Three stocks to overcome Europe’s growth crisis
Europe is in a structural growth crisis, says professional investor Malte Heininger. But these three visionary companies have good long-term prospects.
A professional investor tells us where he'd put his money now. This week: Malte Heininger of Carmignac's Long-Short European Equities Fund.
Europe is in a structural growth crisis. The world is gradually shifting from the "old economy" to the "new", technology-driven one, and the European presence in this crucial sector is underwhelming, particularly among larger companies.On this side of the Atlantic there is a distinct lack of companies on a par with the FANGs (Facebook, Amazon, Netflix and Google, now Alphabet) major innovators that have upended traditonal markets and created new ones. Plenty of old-economy champions are feeling the cold winds of disruption thanks to digitisation and changing consumer behaviour.
Against this backdrop, investors need to look for the truly innovative, visionary companies with the ability to expand their presence in a low-growth environment and adapt to rapidly evolving circumstances. The winners will be those that boast strong business models and fundamentals in addition to leading products in underpenetrated markets.
One company that stands out in this context is Asos (Aim: ASC), a leading online apparel retailer in Europe. The outlook is encouraging: it has ample scope for growth in the next few years as the global online apparel sector is still underpenetrated.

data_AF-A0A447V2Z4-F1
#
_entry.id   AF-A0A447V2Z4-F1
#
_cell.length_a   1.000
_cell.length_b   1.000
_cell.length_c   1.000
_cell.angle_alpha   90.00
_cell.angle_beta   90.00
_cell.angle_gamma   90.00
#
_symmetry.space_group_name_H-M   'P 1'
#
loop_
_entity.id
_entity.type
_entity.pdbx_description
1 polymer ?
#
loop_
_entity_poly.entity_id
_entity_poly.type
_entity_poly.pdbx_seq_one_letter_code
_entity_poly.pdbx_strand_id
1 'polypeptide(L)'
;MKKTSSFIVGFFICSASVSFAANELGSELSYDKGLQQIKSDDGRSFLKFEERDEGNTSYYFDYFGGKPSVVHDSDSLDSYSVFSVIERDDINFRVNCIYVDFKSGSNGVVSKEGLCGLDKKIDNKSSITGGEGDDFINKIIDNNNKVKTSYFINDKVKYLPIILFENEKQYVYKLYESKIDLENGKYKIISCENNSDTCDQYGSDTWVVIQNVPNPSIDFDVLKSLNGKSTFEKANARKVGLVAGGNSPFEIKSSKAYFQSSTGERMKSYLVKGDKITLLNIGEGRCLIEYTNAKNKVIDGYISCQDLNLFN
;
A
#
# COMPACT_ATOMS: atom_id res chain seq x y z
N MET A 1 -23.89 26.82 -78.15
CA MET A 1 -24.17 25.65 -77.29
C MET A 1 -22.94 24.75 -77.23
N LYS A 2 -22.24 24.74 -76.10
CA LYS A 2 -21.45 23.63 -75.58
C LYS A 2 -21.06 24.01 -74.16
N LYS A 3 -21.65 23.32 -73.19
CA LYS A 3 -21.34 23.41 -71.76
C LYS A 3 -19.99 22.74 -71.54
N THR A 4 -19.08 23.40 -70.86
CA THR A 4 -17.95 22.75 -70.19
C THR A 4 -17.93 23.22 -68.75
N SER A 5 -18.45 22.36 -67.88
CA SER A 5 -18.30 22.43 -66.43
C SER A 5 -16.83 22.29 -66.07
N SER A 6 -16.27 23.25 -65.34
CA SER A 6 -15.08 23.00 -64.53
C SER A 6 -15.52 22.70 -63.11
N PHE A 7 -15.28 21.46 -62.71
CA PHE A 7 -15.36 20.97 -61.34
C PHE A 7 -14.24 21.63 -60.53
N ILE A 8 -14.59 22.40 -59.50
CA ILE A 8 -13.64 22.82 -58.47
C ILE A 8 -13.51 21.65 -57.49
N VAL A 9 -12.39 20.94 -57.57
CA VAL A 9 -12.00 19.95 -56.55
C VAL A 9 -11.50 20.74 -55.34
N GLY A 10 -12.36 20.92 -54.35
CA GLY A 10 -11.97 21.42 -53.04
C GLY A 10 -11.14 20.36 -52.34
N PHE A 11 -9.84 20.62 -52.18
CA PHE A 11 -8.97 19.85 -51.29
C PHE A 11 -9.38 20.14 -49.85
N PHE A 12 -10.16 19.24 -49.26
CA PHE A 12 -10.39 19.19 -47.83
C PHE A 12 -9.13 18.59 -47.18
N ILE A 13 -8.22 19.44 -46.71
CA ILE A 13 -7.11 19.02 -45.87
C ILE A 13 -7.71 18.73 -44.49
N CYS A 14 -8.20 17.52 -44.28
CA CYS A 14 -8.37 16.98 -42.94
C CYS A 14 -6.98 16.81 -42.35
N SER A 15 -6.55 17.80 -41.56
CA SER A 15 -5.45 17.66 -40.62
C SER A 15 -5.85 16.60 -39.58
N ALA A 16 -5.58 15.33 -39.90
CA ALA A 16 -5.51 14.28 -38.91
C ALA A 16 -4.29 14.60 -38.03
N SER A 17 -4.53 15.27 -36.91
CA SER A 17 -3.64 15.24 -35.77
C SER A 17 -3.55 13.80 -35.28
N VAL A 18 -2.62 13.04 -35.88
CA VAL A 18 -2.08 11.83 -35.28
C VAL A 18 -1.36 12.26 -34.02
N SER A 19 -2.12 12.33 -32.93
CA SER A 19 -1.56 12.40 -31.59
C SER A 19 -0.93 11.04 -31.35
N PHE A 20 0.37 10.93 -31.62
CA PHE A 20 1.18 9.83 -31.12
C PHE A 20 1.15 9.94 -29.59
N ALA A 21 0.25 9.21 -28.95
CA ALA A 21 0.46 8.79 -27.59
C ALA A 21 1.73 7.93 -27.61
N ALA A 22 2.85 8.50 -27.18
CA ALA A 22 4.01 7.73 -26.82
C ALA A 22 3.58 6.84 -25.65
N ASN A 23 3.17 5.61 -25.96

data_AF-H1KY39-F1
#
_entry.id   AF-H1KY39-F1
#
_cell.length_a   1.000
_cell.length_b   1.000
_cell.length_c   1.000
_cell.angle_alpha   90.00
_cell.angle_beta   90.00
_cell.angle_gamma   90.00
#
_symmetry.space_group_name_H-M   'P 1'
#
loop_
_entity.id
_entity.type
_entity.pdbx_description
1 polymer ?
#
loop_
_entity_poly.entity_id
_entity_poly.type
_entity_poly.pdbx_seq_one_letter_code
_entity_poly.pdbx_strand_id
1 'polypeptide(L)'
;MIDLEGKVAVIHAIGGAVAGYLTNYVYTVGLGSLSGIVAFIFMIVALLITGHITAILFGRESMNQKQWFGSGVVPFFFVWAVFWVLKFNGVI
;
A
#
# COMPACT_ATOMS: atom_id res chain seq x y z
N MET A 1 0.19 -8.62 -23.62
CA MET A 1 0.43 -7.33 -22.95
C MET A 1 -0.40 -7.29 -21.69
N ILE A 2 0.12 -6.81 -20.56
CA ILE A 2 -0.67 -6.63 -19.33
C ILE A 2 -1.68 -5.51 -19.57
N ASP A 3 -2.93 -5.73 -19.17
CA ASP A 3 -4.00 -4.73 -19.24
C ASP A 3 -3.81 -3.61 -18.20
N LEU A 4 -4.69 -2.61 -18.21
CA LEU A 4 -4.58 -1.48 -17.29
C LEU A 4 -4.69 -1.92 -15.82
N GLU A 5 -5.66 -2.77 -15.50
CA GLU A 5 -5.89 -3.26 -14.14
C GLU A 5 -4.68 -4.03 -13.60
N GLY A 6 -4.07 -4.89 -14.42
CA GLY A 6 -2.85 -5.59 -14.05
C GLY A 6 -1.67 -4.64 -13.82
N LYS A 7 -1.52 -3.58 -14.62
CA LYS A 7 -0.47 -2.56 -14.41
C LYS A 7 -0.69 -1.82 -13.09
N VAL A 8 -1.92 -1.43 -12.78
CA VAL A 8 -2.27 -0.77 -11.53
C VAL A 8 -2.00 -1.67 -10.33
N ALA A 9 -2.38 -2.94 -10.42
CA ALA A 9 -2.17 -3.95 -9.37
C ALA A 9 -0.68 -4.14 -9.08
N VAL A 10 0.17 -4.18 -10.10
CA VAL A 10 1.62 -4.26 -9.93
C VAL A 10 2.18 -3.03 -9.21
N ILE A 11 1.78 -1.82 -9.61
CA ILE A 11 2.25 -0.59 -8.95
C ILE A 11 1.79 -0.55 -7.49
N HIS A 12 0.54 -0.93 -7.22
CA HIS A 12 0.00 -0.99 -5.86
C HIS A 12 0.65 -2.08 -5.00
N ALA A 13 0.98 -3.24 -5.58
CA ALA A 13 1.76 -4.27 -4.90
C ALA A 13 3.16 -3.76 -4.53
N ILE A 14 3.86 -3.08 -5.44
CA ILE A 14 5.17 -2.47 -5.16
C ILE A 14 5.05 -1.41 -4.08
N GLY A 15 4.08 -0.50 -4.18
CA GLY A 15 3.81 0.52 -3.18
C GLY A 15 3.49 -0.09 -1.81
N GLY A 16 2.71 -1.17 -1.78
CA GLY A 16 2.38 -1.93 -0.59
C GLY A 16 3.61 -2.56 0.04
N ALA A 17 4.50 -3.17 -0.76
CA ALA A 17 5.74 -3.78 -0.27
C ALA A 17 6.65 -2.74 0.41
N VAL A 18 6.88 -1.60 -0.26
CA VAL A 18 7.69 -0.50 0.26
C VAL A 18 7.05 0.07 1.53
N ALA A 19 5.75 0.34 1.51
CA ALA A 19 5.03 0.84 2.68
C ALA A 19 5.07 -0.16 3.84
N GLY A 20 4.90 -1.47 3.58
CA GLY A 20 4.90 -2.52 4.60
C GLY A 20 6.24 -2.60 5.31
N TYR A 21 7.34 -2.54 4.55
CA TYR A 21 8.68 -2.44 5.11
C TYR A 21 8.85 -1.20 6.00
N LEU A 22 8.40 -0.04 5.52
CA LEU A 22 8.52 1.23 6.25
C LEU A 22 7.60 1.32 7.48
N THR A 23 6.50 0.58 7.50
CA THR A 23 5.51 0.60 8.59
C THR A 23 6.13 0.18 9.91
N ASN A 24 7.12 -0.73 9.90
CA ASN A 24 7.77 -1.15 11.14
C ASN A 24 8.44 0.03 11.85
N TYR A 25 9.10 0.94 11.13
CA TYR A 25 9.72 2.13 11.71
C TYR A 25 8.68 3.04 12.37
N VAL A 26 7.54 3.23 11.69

What's more, Asos provides a first-class customer experience. The company's products are highly valued by clients, there is a huge assortment to choose from, and delivery times are fast. Asos also has a strong management team and a great track record of development. The company started in the UK, has expanded across Europe, and is now also entering the US.
Strong commitment to growth
Puma (Frankfurt: PUM) has also become avery compelling investment case. Although it is the number-three global sports brand with high brand recognition globally, it lags behind Nike and Adidas with only 2% market share. After experiencing success in the early 2000s, Puma then endured a difficult period, with rivals gaining market share in the keyrunning-shoe segment, for instance.
However, it has now turned the corner.In the last two and a half years, Puma's investment in its performance and promoting the brand has borne fruit:last quarter, it reported 22% organic growth with increasing margins. Moreover, the company is now also entering the North American market for basketball products in a move that demonstrates its commitment to future growth.
Attractive long-term prospects
Qiagen (Frankfurt: QIA), a fast-growing molecular diagnostics company, which addresses unmet medical needs through science and technology development, is another promising company. Healthcare as an industry lends itself to innovation, and given the non-cyclical aspect of the wider sector, biotechstocks will provide investors withstable returns in what is an increasingly volatile environment.
Qiagen has attractive long-term prospects given its strong positioning in growth markets such as biodata and companion diagnostics, and a high percentage of its revenues are recurring. We're not the only ones who foresee a bright future for Qiagen: the stock has outperformed the market so far in 2018.